Overall I’m liking the 3G a whole lot. As numerous others have reported it certainly FEELS thinner even thought it is a tad thicker. I like the accuracy of the gps more than I expected and the reception does seem to be a bit better. The 3G is getting 2 bars more than my original iPhone. Yup- I’m now getting… 2 bars. (I happen to live in a house with almost no cell service.)
ToDo, my iPhone task app of choice, received a substantial update this evening. Among the improvements are…
–support for repeating tasks
–Multi-line task name editing
–The ability to set a default due date setting
–The ability to set a default list setting
The update also improves synchronization (I find it MUCH faster now), allows call and email tasks to use phone numbers and email addresses with custom labels, and show last synchronization time in 12/24-hour format depending on your regional settings.
It is a significant update and makes a great ToDo app even better.
I have been looking forward to the release of MagicPad and I immediately downloaded it when it became available earlier today.
I have recorded my initial impression in the following screen caps…
Three weeks after "OS X iPhone" (as Apple calls it) began allowing installation of 3rd party apps, I’ve settled into using a relatively regular collection of applications.
It is a pretty long list, so I’ll do the first half today and the second half tomorrow.
So, what’s on (and likely to stay) my iPhone?
Yesterday marked three weeks since the App Store first opened. In those first 21 days a lot has happened.
–The Apps Store has gone from 500 apps to over 1000
–The percent of free apps has fallen from 25% to 20%
–Many key apps have seen at least one or more update adding both features and stability
–Some developers have discovered what a goldmine the App Store can be
–People have struggled as, on the one hand, their iPhone and iPod Touchs have been transformed into far more powerful devices, while at the very same time time their once rock solid handhelds have been plagued by instability and reduced battery life.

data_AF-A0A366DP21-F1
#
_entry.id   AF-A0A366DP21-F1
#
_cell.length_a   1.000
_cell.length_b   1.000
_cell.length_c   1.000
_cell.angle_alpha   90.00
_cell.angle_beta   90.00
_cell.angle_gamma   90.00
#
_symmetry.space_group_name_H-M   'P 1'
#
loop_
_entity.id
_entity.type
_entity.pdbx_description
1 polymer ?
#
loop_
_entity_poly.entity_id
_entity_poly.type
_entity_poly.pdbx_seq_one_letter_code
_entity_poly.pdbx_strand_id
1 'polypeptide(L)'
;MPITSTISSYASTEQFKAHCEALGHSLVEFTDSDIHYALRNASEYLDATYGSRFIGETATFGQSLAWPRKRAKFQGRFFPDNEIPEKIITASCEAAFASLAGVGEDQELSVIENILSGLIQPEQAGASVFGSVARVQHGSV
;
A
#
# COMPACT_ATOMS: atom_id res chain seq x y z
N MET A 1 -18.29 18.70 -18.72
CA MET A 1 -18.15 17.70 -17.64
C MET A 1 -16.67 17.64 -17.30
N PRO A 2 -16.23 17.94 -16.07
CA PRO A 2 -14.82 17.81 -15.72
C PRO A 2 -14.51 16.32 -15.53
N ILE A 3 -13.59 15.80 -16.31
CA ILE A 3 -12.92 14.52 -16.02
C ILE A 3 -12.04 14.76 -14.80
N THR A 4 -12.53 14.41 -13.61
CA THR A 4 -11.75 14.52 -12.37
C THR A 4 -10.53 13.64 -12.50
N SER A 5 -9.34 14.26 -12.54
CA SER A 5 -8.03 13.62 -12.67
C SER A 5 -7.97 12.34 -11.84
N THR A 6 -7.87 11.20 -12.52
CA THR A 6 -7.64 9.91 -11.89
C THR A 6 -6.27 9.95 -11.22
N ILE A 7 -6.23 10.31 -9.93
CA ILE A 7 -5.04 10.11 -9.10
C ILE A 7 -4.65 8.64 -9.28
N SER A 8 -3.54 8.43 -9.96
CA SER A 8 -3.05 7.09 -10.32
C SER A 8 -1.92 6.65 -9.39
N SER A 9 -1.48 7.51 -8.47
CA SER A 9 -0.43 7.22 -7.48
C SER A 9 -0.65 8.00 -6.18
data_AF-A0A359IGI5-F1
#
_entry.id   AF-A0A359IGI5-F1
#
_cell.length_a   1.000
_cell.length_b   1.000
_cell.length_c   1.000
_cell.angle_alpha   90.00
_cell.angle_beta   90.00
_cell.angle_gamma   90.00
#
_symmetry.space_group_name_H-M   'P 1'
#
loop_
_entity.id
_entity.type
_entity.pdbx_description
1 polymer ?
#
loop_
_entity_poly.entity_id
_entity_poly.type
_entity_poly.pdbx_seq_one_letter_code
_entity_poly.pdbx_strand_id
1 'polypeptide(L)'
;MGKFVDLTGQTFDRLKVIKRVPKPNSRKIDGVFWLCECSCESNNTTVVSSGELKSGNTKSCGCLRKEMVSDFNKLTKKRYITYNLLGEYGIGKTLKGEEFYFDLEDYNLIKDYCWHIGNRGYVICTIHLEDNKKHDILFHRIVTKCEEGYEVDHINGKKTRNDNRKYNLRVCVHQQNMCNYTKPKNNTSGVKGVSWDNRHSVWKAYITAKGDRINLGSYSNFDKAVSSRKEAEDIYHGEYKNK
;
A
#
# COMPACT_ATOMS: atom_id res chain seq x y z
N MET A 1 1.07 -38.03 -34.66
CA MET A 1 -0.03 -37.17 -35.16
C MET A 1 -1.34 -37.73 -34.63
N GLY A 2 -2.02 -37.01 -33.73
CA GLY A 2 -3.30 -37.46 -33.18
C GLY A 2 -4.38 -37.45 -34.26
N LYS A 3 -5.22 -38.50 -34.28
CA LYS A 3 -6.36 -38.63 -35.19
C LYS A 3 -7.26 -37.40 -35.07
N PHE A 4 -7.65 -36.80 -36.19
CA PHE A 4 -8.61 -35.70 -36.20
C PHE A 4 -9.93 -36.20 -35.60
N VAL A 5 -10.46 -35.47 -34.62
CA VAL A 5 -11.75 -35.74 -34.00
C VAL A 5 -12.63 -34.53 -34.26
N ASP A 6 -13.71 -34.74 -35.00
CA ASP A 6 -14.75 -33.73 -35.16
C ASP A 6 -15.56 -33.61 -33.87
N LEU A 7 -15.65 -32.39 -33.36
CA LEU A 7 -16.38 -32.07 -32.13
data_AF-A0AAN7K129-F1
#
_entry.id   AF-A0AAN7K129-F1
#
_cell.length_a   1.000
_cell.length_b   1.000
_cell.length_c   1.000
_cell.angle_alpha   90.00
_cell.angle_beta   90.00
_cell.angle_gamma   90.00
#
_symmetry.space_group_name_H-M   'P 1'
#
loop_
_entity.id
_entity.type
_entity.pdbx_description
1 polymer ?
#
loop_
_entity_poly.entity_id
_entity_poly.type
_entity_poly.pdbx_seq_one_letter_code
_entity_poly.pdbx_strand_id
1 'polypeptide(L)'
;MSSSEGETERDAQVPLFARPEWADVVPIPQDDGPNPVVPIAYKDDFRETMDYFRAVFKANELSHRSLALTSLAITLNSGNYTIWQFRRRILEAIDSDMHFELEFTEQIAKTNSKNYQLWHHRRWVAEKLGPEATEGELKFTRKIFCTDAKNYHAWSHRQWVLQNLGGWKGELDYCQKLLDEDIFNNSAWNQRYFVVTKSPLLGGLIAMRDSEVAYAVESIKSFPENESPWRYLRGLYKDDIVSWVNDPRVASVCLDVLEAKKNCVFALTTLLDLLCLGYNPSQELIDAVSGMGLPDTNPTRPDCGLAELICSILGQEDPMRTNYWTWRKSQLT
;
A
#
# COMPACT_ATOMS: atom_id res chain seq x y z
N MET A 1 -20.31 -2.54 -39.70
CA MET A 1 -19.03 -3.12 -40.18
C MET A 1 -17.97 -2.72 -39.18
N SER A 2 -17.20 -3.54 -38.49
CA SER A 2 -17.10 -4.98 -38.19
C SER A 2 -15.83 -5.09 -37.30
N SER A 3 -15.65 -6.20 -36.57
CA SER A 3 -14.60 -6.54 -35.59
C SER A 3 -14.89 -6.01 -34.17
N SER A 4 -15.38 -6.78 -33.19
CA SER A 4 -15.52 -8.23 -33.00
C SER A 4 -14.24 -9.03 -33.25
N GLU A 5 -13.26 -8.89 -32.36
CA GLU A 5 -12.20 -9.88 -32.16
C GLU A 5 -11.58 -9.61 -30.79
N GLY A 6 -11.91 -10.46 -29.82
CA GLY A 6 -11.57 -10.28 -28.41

Over these 21 days I have become an "App collector" and the picture at the top of this post proves it. Yes, those are the apps, all 75 of them, currently in my iTunes account.
Tech blogger supreme Wayne Schulz has an excellent post over on Gear Diary this morning entitled, "How Will Apple Manage A Mature App Store?" It is particularly striking in light of the fact that Wayne is looking to a mature App Store when the App Store turned just three weeks old yesterday.
Wayne asks the excellent question, "Is there any way that we need 24 different programs that all claim to help you calculate tips?"
The answer, of course, is a resounding "NO!"
While the Tip Calculator is certainly the easiest place to point out that the App Store is currently the Wild West of software distribution it is by no means the only example of it.
True to their word the good folks at eReader have just released version 1.1 of their iPhone and iPod Touch software. The new version includes:
– The ability to browse to other web sites for eReader formatted content (ex. manybooks.net)
– The ability to sort the device bookshelf by title, author or download date.
– The ability to invert screen color
– The ability to lock screen orientation (Now can we get this for every app please???)
– The ability to turn pages via tap or swipe
If you haven’t done so yet, eReader for iPhone is worth a look.